If The Season Ended Today, the Astros Would Have the Best Offense in MLB History

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If The Season Ended Today, the Astros Would Have the Best Offense in MLB History

Baseball Is Fun

As of today, the Houston Astros don’t have the best record in baseball. Their .639 winning percentage (69-39), while ridiculously impressive, is actually somewhat dwarfed by the Dodgers’ truly unbelievable .704 pace (they have 76 wins … and it’s the beginning of August).

However, the Astros do have something on the Dodgers (and every other team in baseball, for that matter) and it’s a big one: their offense.

Indeed, the Houston Astros’ are hitting a combined .290/.353/.499 this season, which is good for a league-best 128 wRC+. But that mark isn’t just the best in baseball. It’s a full 17 points (which means it’s 17 percentage points) better than the second place Dodgers, and 21 points better than the team in third.

And when I noticed just how much better it was than every other team this season, it got me thinking: where do they stack up in MLB history?

Well, I did the search and, if you can believe it, the Astros’ current, combined offensive production would be THE SINGLE BEST in MLB history, if the season ended today*:

The 1927 Yankees (featuring Babe Ruth and Lou Gehrig) finished their season with a 126 wRC+. Which means that while the Astros have about two more months of games to play, they have a fair bit of wiggle room to work with. And, in any case, they will almost certainly finish among the top five of all time.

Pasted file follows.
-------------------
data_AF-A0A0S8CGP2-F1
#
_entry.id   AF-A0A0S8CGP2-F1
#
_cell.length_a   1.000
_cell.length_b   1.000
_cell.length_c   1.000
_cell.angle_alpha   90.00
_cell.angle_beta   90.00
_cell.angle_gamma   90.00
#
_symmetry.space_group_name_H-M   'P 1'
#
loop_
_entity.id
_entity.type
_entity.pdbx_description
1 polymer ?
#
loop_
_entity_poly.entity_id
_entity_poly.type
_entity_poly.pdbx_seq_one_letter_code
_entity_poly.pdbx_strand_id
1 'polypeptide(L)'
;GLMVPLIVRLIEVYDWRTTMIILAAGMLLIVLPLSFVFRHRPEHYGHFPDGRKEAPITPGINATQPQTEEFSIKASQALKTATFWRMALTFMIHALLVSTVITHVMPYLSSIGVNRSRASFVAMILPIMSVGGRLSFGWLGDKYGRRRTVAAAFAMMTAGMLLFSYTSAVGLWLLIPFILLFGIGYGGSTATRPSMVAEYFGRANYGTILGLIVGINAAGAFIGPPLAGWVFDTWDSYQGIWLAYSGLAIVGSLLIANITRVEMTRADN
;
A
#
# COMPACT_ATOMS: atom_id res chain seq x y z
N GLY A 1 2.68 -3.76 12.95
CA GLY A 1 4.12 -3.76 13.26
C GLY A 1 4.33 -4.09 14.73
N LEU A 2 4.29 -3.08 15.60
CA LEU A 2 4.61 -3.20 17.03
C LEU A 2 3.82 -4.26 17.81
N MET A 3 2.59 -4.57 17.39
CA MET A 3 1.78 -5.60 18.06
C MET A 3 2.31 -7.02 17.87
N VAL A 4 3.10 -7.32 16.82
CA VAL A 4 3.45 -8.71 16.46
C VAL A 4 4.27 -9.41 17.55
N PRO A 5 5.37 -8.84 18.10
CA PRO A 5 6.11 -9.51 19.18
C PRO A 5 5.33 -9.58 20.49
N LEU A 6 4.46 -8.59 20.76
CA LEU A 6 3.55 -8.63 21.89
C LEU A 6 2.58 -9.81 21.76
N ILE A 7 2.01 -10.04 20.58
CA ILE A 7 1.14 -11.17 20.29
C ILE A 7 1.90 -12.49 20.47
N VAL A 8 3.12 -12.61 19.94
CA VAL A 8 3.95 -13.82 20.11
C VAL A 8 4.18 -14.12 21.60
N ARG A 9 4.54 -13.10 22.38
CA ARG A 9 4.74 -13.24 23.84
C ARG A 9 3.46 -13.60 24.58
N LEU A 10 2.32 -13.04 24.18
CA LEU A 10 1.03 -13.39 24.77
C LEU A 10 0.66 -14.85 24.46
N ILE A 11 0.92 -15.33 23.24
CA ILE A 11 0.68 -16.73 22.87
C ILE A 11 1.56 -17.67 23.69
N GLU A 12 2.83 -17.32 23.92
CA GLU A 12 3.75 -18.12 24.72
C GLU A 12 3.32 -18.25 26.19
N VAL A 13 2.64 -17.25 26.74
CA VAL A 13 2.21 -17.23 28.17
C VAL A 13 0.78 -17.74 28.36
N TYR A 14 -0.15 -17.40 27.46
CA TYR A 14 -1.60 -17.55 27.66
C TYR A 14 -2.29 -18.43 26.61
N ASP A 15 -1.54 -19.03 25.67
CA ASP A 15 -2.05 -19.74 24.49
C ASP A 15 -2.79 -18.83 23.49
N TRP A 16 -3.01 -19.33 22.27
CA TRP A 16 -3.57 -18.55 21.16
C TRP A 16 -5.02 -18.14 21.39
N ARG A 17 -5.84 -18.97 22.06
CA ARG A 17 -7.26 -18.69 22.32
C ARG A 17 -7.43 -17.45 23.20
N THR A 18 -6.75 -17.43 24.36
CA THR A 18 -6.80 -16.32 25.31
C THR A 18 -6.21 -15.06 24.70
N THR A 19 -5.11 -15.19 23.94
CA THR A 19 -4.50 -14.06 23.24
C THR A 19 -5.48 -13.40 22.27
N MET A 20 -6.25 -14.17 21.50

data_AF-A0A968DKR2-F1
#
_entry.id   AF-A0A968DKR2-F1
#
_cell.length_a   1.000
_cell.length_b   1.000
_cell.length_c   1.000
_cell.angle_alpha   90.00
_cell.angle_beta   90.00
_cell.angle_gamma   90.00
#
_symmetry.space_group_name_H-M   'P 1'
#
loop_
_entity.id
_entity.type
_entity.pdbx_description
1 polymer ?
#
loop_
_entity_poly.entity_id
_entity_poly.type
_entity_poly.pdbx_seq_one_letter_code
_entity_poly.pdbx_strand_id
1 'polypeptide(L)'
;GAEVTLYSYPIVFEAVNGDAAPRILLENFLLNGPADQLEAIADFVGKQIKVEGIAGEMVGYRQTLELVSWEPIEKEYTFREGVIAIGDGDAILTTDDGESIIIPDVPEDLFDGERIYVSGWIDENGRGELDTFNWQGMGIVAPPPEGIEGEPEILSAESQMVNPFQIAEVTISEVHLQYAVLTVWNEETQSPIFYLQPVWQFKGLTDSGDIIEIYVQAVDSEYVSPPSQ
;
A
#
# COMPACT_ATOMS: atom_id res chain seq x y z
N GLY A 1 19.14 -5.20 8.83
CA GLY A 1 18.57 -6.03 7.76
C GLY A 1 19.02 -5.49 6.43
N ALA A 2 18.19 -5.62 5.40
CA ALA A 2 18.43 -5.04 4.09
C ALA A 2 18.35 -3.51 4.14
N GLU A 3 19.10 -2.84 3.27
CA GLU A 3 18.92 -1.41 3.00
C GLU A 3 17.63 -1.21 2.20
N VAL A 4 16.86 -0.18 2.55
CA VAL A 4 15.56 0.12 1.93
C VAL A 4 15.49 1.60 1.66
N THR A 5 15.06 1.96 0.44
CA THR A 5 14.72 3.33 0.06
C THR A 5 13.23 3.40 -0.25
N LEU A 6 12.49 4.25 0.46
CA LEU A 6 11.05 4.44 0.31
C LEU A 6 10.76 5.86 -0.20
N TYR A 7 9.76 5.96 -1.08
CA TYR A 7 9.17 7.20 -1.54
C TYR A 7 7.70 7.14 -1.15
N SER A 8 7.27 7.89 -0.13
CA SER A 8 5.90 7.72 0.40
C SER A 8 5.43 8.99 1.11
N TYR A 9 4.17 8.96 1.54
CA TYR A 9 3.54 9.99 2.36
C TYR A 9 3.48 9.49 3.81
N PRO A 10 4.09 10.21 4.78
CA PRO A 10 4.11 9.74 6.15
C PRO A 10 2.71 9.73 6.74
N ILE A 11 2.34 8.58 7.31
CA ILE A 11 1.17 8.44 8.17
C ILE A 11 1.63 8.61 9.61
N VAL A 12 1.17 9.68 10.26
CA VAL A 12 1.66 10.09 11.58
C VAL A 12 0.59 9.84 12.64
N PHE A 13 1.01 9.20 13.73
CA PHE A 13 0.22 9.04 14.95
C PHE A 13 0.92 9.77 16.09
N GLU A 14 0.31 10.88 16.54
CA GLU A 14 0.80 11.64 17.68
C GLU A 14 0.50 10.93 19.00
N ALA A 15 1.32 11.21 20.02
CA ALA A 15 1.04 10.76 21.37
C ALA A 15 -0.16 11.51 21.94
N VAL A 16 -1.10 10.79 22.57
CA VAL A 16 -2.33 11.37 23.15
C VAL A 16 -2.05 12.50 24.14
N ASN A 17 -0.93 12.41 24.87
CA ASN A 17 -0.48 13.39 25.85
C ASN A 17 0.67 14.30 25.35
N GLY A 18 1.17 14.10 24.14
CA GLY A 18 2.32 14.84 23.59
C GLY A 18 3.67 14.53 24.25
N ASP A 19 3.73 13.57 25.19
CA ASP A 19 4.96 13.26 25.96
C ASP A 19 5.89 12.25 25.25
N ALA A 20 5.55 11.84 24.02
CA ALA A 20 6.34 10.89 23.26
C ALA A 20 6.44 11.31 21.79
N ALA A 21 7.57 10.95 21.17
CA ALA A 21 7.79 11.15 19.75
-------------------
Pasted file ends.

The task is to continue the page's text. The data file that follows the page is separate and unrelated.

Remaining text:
Speaking of which:

  1. 1927 Yankees: 126 wRC+
  2. 1930 Yankees: 124 wRC+
  3. 1931 Yankees: 124 wRC+
  4. 1976 Reds: 120 wRC+
  5. 1982 Brewers: 120 wRC+

And in case you’re wondering, the wRC+ stat is normalized for various run scoring environments, which means it’s fair to compare the statistics across multiple eras.

Another random tidbit I found along the way: the Astros’ 175 homers are already more than each of the five teams listed above, despite having some 2,000 fewer at-bats. Of course, all of those teams were playing with the pitchers still batting and without the current juiced ball era, but still. That’s damn impressive.

Now, there’s still a long way to go, of course, but the Astros’ don’t seem to be slowing down anytime soon. And with the expected drop off in opposition (September roster expansions tend to bring about a lot of young, inexperienced pitchers), they may even get better.

* This potential first-place ranking excludes the 1875 Red Stockings (136 wRC+), 1876 White Stockings (135 wRC+), and 1884 Maroons (132 wRC+), because the game was virtually unrecognizable at that time, and advanced stats like wRC+ from that era don’t necessarily tell us much.

Author: Michael Cerami

Michael Cerami is the butler to a wealthy werewolf off the coast of Wales and a writer at Bleacher Nation. You can find him on Twitter at @Michael_Cerami